Croatia is the world’s first country to become a Free Reading Zone
No Shelf Required and Total Boox join forces in turning the country of Croatia into an open virtual library accessible via a free application—to residents and tourists alike—without a library card or an access code. The growing collection boasts 100,000 titles by top publishers in several languages.
Zagreb, Croatia — Croatia has just made history by becoming the first country in the world turned into a free reading zone, an open virtual library accessible to all people free of charge regardless of their location. This includes not only Croatian citizens but millions of tourists from around the world who visit the country each year, who may download a free reading app, called Croatia Reads. The app is powered by Total Boox, an ebook service known to publishers and librarians for its pay-as-you-read model, which makes ebooks instantly available—with no restrictions—while paying publishers for reading and affording readers a seamless and uninterrupted reading experience.
“As a web site advocating free access to books and knowledge for all people, No Shelf Required is honored to be the first sponsor of this historic project,” said Mirela Roncevic, director of No Shelf Required and manager of the project. “NSR’s mission is to make access to books a right of every citizen, not a privilege tied only to institutions and corporate interests, so it is fitting that we stand behind it. It also holds a special meaning to me personally because this remarkable story of books escaping the confines of book stores and library walls is taking place in the country of my birth.”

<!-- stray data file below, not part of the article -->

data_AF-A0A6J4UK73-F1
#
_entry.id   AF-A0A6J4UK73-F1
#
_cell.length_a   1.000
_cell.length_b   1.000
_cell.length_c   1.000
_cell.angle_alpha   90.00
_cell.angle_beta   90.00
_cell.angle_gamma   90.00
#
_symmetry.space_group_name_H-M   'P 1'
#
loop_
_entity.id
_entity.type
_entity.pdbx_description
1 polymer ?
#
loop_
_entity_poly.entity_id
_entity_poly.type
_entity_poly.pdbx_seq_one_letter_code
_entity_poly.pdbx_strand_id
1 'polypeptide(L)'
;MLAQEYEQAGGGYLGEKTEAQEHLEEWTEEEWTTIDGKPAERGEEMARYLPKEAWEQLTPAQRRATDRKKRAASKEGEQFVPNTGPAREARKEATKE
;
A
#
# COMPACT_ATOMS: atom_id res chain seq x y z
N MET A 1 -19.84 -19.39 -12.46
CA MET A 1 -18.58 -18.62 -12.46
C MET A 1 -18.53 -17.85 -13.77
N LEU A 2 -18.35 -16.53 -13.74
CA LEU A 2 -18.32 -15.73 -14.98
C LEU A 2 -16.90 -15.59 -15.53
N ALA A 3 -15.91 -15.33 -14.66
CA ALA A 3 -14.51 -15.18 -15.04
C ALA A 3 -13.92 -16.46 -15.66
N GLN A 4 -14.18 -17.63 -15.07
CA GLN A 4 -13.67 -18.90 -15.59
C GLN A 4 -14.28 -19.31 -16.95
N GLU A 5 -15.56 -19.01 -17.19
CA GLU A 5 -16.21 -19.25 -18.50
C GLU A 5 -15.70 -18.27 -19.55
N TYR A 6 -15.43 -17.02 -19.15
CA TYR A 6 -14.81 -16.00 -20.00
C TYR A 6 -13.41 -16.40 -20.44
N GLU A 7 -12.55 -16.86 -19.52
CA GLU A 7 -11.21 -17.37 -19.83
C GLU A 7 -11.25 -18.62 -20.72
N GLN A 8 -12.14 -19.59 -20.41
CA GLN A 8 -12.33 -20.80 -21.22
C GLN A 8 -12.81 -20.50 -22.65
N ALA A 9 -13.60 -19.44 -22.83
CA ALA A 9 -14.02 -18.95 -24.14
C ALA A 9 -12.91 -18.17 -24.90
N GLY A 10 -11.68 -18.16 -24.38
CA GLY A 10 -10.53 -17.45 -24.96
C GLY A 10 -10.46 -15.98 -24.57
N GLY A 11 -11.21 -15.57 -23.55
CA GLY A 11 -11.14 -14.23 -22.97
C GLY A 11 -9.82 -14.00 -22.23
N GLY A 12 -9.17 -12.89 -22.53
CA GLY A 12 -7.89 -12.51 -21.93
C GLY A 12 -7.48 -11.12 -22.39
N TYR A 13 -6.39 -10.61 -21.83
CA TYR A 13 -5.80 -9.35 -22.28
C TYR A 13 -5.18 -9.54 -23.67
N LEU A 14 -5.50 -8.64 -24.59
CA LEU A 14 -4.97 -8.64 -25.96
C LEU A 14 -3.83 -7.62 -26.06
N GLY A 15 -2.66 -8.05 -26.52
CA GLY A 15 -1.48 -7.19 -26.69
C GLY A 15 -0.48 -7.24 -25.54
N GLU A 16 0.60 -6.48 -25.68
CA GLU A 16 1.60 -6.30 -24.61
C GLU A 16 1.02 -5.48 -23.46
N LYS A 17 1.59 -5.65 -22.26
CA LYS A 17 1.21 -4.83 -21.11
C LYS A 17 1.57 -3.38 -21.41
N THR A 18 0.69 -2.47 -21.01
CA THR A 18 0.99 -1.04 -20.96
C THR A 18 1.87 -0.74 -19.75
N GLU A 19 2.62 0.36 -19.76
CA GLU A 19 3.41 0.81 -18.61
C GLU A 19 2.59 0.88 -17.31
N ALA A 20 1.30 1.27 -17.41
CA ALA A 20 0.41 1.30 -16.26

Readers may browse Total Boox’ collection of 100,000 titles, which includes books in all categories of fiction and nonfiction; from popular to academic, from professional to practical. Over 250 publishers are participating, including an array of world-class brands, among them, Lonely Planet, Workman, Sourcebooks, Berlitz, Oxford University Press, F&W Media, O’Reilly, Other Press, Elsevier, Wolters Kluwer, New World Library, Marshall Cavendish, Berrett-Koehler, Lerner, and many others.
The goal of the project is to spread reading to public and private spaces and endow them with culture. The ‘zones’ may be sponsored by private and public institutions, corporations or government entities and can be as small as single buildings (e.g., hospitals, cafes) or as big as cities and countries (as in the case of Croatia).
“With the launch of Croatia Reads, we have created a circle in which all segments of Croatia’s society benefit: culture, education, and tourism,” added Roncevic. “We have begun the next chapter in the story of the book—the one where the potential of the digital medium is finally used to disperse knowledge to all who want it, when they want it, and how they want it. Croatia stands as an example of what is possible with the book in the 21st century, and what is possible looks a lot like the democratization of the written word we have not seen before—the kind that will finally give books in digital format the chance to show their true potential.”